STP808

    Hot Ring Compression Tests for Evaluating Friction

    Published: Jan 1983


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    Abstract

    In the hot rolling of sheet and manufacture of seamless tubing, both process efficiency and product quality are importantly affected by frictional forces that develop between the workpiece and tooling. Process lubricants vary in their ability to reduce friction in such processes, and a need for quantiatively characterizing their hot lubrication quality exists. To this end, the hot ring compression test provides a measure of the influence of lubricants on friction at elevated temperatures.

    Ring compression specimens of 0.07% carbon steel were heated to 1015°C with and without oxide coating and compressed in air at a strain rate of 30 s−1 at a temperature of 870°C with anvils at 60°C to evaluate lubricity of four lubricants plus a no-lubricant condition. Significant differences in friction occurred only for the larger reduction of height (55%), with similar rankings for both oxidized and nonoxidized specimens. The ranking of results from least to greatest friction was graphite, lecithin, a semisynthetic oil, 20-20W motor oil, and no lubricant. Test parameters are discussed and a procedure for performing hot ring compression tests for evaluating friction is recommended.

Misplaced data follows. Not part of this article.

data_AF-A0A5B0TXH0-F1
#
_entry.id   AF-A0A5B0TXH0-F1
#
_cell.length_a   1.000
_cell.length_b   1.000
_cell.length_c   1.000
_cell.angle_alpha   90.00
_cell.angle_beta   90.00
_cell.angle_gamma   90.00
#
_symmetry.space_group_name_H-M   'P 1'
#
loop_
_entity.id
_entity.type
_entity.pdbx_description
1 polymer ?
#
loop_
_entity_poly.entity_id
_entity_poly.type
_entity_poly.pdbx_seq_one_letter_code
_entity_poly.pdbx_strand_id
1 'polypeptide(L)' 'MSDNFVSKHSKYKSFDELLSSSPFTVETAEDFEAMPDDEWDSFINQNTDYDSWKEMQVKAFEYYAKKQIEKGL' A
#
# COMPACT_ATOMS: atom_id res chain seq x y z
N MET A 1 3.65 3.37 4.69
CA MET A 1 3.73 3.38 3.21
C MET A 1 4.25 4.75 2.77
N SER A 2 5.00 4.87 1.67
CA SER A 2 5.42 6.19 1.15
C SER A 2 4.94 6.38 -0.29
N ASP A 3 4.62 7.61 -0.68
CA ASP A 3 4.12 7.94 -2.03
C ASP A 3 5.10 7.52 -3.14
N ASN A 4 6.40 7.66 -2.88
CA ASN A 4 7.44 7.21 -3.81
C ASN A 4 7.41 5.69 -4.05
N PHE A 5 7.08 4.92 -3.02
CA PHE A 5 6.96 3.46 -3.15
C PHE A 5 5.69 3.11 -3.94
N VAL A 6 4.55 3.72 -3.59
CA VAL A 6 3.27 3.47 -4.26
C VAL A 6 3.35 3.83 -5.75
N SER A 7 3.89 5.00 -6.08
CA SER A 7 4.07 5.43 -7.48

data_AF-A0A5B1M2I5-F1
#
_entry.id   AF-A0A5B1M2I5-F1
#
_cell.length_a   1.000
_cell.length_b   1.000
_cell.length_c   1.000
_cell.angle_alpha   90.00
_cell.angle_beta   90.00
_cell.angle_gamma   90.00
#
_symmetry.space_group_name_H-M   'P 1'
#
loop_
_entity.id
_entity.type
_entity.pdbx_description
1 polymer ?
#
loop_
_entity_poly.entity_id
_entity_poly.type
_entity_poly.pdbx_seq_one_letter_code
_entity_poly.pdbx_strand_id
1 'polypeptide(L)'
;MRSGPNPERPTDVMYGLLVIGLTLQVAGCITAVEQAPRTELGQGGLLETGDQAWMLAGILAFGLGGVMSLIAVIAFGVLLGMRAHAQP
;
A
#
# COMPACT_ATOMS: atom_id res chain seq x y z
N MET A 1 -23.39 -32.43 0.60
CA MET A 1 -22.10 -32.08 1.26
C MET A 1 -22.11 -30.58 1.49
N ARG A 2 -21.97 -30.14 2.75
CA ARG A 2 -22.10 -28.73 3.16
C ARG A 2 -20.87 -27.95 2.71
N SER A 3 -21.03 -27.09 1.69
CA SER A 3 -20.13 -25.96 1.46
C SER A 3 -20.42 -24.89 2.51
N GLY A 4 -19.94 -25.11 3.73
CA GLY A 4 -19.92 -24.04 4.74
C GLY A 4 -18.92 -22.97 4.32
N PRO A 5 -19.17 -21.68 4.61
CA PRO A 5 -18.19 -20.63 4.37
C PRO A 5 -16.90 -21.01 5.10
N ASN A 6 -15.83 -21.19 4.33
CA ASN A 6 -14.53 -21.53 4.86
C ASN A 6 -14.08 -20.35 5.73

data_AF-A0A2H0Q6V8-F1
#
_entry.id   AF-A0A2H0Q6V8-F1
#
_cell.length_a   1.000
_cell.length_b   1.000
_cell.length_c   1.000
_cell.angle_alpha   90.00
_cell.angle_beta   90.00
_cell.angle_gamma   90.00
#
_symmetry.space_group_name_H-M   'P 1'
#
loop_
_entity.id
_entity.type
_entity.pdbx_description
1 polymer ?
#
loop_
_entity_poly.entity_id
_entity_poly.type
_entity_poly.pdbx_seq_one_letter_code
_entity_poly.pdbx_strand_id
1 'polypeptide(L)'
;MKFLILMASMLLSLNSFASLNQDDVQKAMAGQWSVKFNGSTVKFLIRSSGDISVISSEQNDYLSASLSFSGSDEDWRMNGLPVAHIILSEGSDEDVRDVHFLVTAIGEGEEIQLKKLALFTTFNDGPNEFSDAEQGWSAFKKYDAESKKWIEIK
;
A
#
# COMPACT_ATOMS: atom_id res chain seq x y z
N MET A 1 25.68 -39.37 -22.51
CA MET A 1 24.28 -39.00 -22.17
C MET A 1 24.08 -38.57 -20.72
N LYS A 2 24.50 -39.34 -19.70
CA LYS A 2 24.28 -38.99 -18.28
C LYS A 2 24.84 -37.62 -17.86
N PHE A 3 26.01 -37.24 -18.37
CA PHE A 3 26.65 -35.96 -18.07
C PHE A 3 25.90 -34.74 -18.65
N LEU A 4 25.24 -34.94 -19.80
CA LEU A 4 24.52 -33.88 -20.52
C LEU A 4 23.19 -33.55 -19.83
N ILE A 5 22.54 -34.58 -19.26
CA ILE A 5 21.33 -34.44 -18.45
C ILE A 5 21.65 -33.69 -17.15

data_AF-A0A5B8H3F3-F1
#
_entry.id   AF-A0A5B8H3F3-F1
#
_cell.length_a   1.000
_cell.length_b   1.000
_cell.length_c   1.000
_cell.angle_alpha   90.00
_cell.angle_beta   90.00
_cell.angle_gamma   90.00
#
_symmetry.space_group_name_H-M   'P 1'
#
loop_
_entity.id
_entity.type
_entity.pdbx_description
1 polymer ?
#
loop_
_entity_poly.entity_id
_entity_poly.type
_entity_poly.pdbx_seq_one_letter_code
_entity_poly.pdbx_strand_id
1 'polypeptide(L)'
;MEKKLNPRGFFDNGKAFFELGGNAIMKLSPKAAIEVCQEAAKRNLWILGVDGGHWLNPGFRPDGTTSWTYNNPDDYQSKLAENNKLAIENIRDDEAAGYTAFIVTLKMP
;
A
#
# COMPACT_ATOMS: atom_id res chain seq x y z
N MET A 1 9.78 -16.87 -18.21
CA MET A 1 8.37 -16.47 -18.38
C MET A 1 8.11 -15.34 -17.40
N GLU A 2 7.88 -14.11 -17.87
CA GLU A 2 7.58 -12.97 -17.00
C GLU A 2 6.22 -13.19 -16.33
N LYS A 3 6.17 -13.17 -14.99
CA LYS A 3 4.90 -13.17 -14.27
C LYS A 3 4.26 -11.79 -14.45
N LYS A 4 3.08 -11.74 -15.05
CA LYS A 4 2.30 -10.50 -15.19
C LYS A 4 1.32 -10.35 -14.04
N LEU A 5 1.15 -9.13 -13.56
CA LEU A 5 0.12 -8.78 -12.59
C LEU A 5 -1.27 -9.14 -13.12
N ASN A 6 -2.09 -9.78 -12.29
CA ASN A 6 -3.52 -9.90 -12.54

Keywords:

    ring compression, friction, lubrication, hot-working, lubrication, friction test, hot-friction test


    Author Information:

    Devenpeck, ML
    Associate Research Consultant and Senior Research Engineer, U.S. Steel Corporation, Research Laboratory, Monroeville, Pa.

    Rigo, JH
    Associate Research Consultant and Senior Research Engineer, U.S. Steel Corporation, Research Laboratory, Monroeville, Pa.


    Paper ID: STP36196S

    Committee/Subcommittee: E28.02

    DOI: 10.1520/STP36196S


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